“I know it’s more than just a sport when I hang out with her,” she said. “I make sure that I go find those people or those scenarios and do what I can to get through until I can get back to feeling myself again.”

An irony from Humphries’ past is how she’s gone from being picked last for activities to being the one everybody wants to be with. After nearly a decade of sustained excellence, no one doubts Humphries’ authority and leadership. One of the biggest questions throughout the World Cup season was who would be in her sled with the departure of Heather Moyse, who she won those two Olympic golds with, (Moyse has come back to the sport and will race with Alysia Rissling.) For much of the last few years, it was Melissa Lotholz, but this year, Humphries ended the year with two-time Olympic hurdler Phylicia George. On Monday, it was confirmed George got the spot.

First-placed Canadian Kaillie Humphries (right) and Phylicia George celebrate. (Filip Singer/EPA)

It was a process Humphries made no qualms about.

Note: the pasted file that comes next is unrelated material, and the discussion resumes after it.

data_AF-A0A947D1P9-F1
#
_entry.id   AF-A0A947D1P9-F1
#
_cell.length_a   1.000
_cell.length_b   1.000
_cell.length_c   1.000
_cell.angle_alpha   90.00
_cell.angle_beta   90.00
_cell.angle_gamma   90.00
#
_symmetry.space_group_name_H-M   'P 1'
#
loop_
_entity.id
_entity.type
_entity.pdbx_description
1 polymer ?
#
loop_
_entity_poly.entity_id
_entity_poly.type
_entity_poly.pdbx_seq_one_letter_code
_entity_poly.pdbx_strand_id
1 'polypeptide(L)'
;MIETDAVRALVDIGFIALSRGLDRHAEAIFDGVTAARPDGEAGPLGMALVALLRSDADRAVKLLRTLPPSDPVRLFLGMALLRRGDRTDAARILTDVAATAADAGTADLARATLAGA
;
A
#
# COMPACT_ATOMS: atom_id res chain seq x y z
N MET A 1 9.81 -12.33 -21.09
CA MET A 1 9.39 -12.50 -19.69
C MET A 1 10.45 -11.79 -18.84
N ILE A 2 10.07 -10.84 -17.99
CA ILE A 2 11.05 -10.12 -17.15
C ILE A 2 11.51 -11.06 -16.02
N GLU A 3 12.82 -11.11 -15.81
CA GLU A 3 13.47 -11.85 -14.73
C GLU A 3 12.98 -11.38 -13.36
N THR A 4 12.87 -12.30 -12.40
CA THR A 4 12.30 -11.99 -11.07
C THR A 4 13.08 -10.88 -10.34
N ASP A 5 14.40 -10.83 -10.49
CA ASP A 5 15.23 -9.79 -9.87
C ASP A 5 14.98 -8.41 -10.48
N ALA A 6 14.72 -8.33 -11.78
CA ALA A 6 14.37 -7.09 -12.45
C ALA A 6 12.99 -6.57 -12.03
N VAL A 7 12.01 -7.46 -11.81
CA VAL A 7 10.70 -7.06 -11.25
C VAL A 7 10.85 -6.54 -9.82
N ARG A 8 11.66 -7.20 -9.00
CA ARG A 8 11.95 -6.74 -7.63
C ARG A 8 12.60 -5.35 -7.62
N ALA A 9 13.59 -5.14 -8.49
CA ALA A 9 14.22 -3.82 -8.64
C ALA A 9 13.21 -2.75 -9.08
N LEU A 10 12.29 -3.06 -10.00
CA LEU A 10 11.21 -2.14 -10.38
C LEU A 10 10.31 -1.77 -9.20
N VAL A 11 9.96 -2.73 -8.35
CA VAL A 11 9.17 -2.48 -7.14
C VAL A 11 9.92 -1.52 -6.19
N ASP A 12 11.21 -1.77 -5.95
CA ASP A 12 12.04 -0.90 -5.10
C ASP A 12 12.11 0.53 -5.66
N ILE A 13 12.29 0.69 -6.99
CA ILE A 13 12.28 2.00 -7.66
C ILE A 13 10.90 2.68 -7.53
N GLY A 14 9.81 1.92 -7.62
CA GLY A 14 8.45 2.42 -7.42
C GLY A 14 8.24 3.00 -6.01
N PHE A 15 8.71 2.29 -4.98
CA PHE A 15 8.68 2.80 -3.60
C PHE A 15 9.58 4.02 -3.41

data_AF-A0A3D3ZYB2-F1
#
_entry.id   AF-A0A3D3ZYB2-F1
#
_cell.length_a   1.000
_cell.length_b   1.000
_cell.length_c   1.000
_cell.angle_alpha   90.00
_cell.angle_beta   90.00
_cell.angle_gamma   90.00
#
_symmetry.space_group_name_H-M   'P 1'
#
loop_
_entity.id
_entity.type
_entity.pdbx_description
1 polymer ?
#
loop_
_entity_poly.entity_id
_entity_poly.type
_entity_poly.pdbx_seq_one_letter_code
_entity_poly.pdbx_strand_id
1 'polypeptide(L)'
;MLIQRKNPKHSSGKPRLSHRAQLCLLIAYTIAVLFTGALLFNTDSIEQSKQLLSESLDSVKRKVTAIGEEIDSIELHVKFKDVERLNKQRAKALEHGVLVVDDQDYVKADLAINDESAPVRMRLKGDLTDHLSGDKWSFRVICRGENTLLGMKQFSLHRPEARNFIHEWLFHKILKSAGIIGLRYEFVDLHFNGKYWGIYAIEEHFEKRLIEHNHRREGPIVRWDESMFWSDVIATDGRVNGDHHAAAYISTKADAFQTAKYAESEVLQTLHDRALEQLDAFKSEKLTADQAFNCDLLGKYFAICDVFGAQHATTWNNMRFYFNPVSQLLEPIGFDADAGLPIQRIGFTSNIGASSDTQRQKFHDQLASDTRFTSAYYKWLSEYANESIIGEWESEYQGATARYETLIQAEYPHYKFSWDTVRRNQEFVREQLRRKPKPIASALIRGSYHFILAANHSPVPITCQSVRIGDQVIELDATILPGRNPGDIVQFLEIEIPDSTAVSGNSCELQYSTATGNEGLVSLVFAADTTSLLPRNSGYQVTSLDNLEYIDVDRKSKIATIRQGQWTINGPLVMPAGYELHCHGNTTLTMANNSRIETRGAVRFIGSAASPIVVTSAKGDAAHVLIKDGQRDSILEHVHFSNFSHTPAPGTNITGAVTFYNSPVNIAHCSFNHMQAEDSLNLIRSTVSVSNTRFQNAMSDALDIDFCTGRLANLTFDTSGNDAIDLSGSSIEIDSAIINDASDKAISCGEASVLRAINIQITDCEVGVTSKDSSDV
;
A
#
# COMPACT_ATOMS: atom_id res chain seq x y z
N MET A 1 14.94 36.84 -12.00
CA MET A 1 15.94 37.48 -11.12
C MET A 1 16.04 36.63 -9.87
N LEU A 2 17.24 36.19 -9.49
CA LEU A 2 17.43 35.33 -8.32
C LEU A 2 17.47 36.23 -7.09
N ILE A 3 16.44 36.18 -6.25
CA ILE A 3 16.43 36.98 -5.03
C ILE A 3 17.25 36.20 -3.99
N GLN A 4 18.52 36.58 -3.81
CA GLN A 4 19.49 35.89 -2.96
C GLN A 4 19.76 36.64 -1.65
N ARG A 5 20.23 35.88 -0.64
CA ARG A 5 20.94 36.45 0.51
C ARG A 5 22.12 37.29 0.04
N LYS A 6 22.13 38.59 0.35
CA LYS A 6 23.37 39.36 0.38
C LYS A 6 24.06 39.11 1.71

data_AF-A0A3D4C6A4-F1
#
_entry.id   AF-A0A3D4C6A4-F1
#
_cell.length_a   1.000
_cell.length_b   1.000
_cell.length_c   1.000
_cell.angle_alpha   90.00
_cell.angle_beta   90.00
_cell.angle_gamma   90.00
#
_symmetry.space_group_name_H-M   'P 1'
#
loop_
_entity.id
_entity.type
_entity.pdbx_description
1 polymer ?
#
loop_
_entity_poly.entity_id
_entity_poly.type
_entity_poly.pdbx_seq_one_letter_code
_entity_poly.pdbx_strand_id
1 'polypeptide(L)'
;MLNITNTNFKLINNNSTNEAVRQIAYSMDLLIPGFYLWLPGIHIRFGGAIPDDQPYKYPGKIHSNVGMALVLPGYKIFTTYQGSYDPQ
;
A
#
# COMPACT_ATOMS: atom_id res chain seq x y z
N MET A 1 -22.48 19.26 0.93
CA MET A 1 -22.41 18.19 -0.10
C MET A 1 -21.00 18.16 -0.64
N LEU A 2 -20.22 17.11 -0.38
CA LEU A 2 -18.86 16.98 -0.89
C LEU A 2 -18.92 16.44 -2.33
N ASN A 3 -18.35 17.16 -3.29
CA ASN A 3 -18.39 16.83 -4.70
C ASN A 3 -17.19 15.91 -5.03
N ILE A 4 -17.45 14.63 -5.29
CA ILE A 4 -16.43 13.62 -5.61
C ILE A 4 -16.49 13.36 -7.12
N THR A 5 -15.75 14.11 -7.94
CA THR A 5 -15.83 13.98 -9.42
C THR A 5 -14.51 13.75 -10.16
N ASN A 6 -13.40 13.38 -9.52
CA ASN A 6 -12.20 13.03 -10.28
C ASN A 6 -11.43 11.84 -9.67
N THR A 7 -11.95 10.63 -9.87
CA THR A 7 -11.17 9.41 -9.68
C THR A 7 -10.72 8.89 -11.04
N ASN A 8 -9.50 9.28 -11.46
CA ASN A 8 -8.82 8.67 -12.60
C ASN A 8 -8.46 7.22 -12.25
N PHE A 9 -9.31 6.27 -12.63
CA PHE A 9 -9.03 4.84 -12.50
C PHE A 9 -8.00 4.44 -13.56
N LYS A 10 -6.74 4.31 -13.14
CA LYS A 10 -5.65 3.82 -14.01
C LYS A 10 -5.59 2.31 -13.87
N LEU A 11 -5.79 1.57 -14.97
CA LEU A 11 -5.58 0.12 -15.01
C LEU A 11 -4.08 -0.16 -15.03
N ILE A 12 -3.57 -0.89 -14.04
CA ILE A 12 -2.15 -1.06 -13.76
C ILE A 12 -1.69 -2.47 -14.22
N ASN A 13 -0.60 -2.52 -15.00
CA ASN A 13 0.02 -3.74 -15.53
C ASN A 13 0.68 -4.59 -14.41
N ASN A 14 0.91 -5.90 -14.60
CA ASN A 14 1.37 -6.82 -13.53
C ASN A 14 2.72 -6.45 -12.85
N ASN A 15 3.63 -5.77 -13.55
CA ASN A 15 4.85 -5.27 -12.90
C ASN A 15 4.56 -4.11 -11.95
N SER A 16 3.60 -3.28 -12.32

“It’s important for people to understand,” she said. “I don’t sacrifice as much as I do, these girls don’t, the team, the coaches, our country doesn’t sacrifice as much as it does for us to be complacent.”

“There is a mutual respect within our team on that.”

Speaking in November while still with Humphries, the 24-year-old Lotholz was as level-headed one could be given the circumstances. The former track athlete moved to Calgary full-time before even trying out for the team, knowing she could likely move right back up to Edmonton if she didn’t make the cut. But not only did she make it, she ended up with the best pilot in the world.

“I think a lot of the beginning, I think I was a little star-struck by Kaillie,” she said. “Went literally from watching her win gold in February 2014 at the Games to sliding with her in December of that year, my first World Cup race.”

“But I’ve always been that kind of person, and it’s one of those things to growing up, the values of growing up on a farm that’s just taught me, if you’re doing something, go all in.”

She may not be in Kaillie’s sled, but she’s achieved her Olympic dream and will ride with Christine de Bruin.